The Olive Thrush or Olyflyster is endemic to Southern Africa and mostly to be found in South Africa's eastern and southern coast extending to Limpopo Province and Lesotho, with fewer in Zimbabwe's eastern highlands. It generally prefers evergreen forest, forest edges, and suburban and rural gardens, in fact it is the 8th most common bird in Cape Town. It also occupies alien Acacia thickets and commercial orchards. It has been recorded as host of the Red-chested cuckoo and mainly eats earthworms, insects, invertebrates and fallen fruit, doing most of its foraging on the ground, flicking through leaf litter in search of prey. The following food items have been recorded in its diet: earthworms,snails,slugs,bivalves,Coleoptera (beetles), Lepidoptera (moths and caterpillars),glow-worms and fruit. Its nest is built by the female in a little over a week and consists of a large, moist bowl made of grass stems, twigs, earth, wet leaves and moss, lined with plant stems, fibres, tendrils and bracken. It is typically in the fork of a tree branch, especially in gardens, anywhere from 3-16 metres above ground. Egg-laying season is basically year-round, peaking from August-December. It lays 2-3 eggs, which are incubated solely by the female for about 14 days, occasionally leaving the nest for up to an hour to forage. The chicks are brooded mainly by the female for the first 2 days, and is also responsible for feeding them with food passed to her by the male for the first few days. Later both parents feed the young, who leave the nest at about 16 days old, when they can barely fly; they remain dependent on their parents for up to 2 months further.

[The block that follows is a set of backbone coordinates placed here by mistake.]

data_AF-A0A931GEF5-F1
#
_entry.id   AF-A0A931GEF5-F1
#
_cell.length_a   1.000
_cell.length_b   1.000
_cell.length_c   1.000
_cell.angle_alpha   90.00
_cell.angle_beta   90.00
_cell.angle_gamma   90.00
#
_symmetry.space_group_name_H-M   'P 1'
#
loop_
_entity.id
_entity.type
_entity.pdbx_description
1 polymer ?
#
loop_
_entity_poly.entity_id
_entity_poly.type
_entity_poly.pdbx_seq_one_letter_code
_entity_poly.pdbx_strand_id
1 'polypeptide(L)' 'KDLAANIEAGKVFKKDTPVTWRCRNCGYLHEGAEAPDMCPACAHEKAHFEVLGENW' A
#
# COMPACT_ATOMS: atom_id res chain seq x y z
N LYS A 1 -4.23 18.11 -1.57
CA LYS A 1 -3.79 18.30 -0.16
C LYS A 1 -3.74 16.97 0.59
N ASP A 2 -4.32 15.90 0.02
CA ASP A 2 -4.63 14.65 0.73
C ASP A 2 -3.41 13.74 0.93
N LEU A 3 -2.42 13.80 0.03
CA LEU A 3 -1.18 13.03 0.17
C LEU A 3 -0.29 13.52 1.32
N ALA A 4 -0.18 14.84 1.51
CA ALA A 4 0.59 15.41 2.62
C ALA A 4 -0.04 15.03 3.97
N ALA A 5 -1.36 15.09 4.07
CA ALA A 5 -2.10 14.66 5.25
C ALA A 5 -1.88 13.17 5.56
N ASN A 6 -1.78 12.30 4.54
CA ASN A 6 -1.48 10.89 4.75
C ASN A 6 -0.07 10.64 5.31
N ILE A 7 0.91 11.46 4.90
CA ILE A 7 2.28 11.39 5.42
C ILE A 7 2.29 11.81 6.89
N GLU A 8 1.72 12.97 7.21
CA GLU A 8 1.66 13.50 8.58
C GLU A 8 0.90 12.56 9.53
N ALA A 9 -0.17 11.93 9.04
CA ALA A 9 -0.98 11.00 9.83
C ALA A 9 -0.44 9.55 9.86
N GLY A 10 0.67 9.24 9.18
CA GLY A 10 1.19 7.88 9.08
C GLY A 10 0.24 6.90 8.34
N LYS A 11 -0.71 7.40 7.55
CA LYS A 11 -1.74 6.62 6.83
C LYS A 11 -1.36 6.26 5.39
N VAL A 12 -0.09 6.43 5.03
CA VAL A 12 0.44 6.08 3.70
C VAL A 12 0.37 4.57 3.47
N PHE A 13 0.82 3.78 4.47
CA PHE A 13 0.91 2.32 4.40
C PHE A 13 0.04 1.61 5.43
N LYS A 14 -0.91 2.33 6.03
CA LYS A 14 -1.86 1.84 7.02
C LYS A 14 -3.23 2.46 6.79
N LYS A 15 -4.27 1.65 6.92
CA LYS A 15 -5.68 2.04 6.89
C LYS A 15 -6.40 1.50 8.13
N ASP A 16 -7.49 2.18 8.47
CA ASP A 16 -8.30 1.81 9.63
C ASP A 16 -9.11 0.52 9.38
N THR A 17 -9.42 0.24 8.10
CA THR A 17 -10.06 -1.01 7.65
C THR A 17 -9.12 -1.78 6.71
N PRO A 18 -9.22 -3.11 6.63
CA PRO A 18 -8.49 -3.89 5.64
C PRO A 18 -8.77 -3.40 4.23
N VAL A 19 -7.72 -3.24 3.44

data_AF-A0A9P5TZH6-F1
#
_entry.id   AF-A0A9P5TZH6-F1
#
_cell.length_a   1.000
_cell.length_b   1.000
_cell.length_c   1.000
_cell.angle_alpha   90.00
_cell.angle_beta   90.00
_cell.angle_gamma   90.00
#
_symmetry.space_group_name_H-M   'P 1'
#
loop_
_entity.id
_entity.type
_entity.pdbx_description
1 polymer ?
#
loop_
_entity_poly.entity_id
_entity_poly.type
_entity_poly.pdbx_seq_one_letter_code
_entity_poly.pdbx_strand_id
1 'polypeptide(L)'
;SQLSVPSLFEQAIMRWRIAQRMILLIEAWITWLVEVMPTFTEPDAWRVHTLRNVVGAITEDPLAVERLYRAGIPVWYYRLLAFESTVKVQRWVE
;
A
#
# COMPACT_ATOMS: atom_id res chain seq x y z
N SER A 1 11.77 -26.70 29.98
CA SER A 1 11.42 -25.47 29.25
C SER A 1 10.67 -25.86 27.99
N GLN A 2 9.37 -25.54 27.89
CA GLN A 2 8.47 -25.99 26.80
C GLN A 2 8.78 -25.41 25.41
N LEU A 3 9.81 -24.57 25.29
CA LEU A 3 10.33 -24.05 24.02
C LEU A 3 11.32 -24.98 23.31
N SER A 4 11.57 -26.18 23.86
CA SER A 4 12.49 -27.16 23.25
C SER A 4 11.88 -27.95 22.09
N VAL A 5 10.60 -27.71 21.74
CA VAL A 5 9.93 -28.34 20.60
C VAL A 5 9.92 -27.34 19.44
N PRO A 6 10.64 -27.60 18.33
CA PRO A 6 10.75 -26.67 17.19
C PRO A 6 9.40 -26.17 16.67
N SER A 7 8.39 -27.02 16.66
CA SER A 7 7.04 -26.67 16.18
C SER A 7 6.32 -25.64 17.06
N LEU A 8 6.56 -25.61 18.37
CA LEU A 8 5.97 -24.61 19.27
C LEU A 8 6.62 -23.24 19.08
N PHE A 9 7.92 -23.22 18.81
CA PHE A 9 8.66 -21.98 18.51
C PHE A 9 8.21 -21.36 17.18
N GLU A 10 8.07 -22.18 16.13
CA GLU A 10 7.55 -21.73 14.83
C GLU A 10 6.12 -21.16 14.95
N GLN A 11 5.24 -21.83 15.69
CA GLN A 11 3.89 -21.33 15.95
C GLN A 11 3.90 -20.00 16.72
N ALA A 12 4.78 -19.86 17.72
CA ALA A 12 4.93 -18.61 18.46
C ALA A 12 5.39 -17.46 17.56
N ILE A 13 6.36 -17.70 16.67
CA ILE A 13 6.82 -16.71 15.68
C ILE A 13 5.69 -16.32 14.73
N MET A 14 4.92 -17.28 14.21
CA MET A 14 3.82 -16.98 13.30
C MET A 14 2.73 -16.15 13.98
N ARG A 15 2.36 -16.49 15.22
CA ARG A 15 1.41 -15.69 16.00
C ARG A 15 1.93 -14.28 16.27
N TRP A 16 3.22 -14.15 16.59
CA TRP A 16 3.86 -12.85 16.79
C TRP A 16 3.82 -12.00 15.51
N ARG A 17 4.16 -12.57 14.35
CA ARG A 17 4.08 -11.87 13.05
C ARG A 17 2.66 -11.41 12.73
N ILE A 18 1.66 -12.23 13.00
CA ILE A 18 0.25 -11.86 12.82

Location: Kirstenbosch Gardens, Cape Town, South Africa